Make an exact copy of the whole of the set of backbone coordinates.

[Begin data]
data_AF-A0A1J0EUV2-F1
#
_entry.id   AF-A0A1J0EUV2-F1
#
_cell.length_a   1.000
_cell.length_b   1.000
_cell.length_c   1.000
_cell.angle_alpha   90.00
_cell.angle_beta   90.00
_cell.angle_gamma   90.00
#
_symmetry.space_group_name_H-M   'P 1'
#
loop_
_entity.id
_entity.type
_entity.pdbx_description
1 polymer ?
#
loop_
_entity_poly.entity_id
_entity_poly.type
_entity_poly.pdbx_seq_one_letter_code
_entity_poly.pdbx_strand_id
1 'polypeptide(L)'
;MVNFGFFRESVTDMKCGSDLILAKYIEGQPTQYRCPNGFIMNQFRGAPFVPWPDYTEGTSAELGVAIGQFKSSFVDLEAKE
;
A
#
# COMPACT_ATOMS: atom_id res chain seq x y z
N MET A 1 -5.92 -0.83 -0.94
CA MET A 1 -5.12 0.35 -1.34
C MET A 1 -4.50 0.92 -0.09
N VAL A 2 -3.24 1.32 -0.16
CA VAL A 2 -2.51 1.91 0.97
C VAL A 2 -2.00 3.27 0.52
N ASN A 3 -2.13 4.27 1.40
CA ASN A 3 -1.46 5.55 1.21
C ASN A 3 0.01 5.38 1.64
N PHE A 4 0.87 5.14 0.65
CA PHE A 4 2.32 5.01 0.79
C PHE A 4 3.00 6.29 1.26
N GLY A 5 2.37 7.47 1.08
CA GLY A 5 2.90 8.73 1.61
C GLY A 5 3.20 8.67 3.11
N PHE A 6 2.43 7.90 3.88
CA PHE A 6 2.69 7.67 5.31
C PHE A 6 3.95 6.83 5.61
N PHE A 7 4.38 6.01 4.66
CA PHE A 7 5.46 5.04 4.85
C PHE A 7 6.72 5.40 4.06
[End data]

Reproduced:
data_AF-A0A1J0EUV2-F1
#
_entry.id   AF-A0A1J0EUV2-F1
#
_cell.length_a   1.000
_cell.length_b   1.000
_cell.length_c   1.000
_cell.angle_alpha   90.00
_cell.angle_beta   90.00
_cell.angle_gamma   90.00
#
_symmetry.space_group_name_H-M   'P 1'
#
loop_
_entity.id
_entity.type
_entity.pdbx_description
1 polymer ?
#
loop_
_entity_poly.entity_id
_entity_poly.type
_entity_poly.pdbx_seq_one_letter_code
_entity_poly.pdbx_strand_id
1 'polypeptide(L)'
;MVNFGFFRESVTDMKCGSDLILAKYIEGQPTQYRCPNGFIMNQFRGAPFVPWPDYTEGTSAELGVAIGQFKSSFVDLEAKE
;
A
#
# COMPACT_ATOMS: atom_id res chain seq x y z
N MET A 1 -5.92 -0.83 -0.94
CA MET A 1 -5.12 0.35 -1.34
C MET A 1 -4.50 0.92 -0.09
N VAL A 2 -3.24 1.32 -0.16
CA VAL A 2 -2.51 1.91 0.97
C VAL A 2 -2.00 3.27 0.52
N ASN A 3 -2.13 4.27 1.40
CA ASN A 3 -1.46 5.55 1.21
C ASN A 3 0.01 5.38 1.64
N PHE A 4 0.87 5.14 0.65
CA PHE A 4 2.32 5.01 0.79
C PHE A 4 3.00 6.29 1.26
N GLY A 5 2.37 7.47 1.08
CA GLY A 5 2.90 8.73 1.61
C GLY A 5 3.20 8.67 3.11
N PHE A 6 2.43 7.90 3.88
CA PHE A 6 2.69 7.67 5.31
C PHE A 6 3.95 6.83 5.61
N PHE A 7 4.38 6.01 4.66
CA PHE A 7 5.46 5.04 4.85
C PHE A 7 6.72 5.40 4.06